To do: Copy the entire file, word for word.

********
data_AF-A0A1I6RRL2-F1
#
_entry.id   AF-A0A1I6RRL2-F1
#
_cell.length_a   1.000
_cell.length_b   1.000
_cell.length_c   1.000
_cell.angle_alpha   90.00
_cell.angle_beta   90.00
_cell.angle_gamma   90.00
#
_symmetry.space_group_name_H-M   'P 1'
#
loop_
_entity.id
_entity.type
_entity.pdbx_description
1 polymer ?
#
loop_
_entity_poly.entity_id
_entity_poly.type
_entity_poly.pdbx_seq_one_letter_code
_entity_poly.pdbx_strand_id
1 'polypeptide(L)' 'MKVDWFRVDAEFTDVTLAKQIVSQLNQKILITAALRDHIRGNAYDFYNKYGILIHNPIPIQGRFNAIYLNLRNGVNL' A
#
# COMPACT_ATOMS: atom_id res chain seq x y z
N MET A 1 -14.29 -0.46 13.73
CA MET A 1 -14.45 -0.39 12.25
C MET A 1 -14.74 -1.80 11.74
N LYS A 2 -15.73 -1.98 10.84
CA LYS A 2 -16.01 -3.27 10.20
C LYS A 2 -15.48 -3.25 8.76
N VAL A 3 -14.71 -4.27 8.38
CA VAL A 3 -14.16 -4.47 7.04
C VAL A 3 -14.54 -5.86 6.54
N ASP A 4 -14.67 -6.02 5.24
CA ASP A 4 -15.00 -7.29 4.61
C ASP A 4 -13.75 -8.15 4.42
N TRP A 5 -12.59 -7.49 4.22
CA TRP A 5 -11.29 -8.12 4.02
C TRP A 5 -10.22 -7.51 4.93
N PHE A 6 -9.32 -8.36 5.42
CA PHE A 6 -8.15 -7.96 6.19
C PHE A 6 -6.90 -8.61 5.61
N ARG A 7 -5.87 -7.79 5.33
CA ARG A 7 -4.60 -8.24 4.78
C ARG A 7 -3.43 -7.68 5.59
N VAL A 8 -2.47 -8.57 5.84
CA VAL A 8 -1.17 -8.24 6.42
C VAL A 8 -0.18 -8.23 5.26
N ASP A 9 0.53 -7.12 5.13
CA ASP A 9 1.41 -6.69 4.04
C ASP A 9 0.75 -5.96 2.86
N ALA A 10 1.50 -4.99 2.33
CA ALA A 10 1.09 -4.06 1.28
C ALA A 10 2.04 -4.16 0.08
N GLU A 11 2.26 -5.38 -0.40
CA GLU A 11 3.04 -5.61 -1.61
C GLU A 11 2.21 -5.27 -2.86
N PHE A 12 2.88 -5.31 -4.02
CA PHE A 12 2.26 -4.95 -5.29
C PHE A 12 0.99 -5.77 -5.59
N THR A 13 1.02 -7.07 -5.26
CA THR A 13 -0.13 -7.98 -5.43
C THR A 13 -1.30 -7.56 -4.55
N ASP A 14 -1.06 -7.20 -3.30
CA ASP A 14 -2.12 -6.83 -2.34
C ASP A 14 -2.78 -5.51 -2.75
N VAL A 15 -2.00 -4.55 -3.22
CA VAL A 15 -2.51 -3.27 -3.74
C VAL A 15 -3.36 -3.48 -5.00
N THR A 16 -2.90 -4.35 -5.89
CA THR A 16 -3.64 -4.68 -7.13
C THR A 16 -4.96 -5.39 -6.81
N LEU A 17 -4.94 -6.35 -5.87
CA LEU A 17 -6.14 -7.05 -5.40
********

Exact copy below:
data_AF-A0A1I6RRL2-F1
#
_entry.id   AF-A0A1I6RRL2-F1
#
_cell.length_a   1.000
_cell.length_b   1.000
_cell.length_c   1.000
_cell.angle_alpha   90.00
_cell.angle_beta   90.00
_cell.angle_gamma   90.00
#
_symmetry.space_group_name_H-M   'P 1'
#
loop_
_entity.id
_entity.type
_entity.pdbx_description
1 polymer ?
#
loop_
_entity_poly.entity_id
_entity_poly.type
_entity_poly.pdbx_seq_one_letter_code
_entity_poly.pdbx_strand_id
1 'polypeptide(L)' 'MKVDWFRVDAEFTDVTLAKQIVSQLNQKILITAALRDHIRGNAYDFYNKYGILIHNPIPIQGRFNAIYLNLRNGVNL' A
#
# COMPACT_ATOMS: atom_id res chain seq x y z
N MET A 1 -14.29 -0.46 13.73
CA MET A 1 -14.45 -0.39 12.25
C MET A 1 -14.74 -1.80 11.74
N LYS A 2 -15.73 -1.98 10.84
CA LYS A 2 -16.01 -3.27 10.20
C LYS A 2 -15.48 -3.25 8.76
N VAL A 3 -14.71 -4.27 8.38
CA VAL A 3 -14.16 -4.47 7.04
C VAL A 3 -14.54 -5.86 6.54
N ASP A 4 -14.67 -6.02 5.24
CA ASP A 4 -15.00 -7.29 4.61
C ASP A 4 -13.75 -8.15 4.42
N TRP A 5 -12.59 -7.49 4.22
CA TRP A 5 -11.29 -8.12 4.02
C TRP A 5 -10.22 -7.51 4.93
N PHE A 6 -9.32 -8.36 5.42
CA PHE A 6 -8.15 -7.96 6.19
C PHE A 6 -6.90 -8.61 5.61
N ARG A 7 -5.87 -7.79 5.33
CA ARG A 7 -4.60 -8.24 4.78
C ARG A 7 -3.43 -7.68 5.59
N VAL A 8 -2.47 -8.57 5.84
CA VAL A 8 -1.17 -8.24 6.42
C VAL A 8 -0.18 -8.23 5.26
N ASP A 9 0.53 -7.12 5.13
CA ASP A 9 1.41 -6.69 4.04
C ASP A 9 0.75 -5.96 2.86
N ALA A 10 1.50 -4.99 2.33
CA ALA A 10 1.09 -4.06 1.28
C ALA A 10 2.04 -4.16 0.08
N GLU A 11 2.26 -5.38 -0.40
CA GLU A 11 3.04 -5.61 -1.61
C GLU A 11 2.21 -5.27 -2.86
N PHE A 12 2.88 -5.31 -4.02
CA PHE A 12 2.26 -4.95 -5.29
C PHE A 12 0.99 -5.77 -5.59
N THR A 13 1.02 -7.07 -5.26
CA THR A 13 -0.13 -7.98 -5.43
C THR A 13 -1.30 -7.56 -4.55
N ASP A 14 -1.06 -7.20 -3.30
CA ASP A 14 -2.12 -6.83 -2.34
C ASP A 14 -2.78 -5.51 -2.75
N VAL A 15 -2.00 -4.55 -3.22
CA VAL A 15 -2.51 -3.27 -3.74
C VAL A 15 -3.36 -3.48 -5.00
N THR A 16 -2.90 -4.35 -5.89
CA THR A 16 -3.64 -4.68 -7.13
C THR A 16 -4.96 -5.39 -6.81
N LEU A 17 -4.94 -6.35 -5.87
CA LEU A 17 -6.14 -7.05 -5.40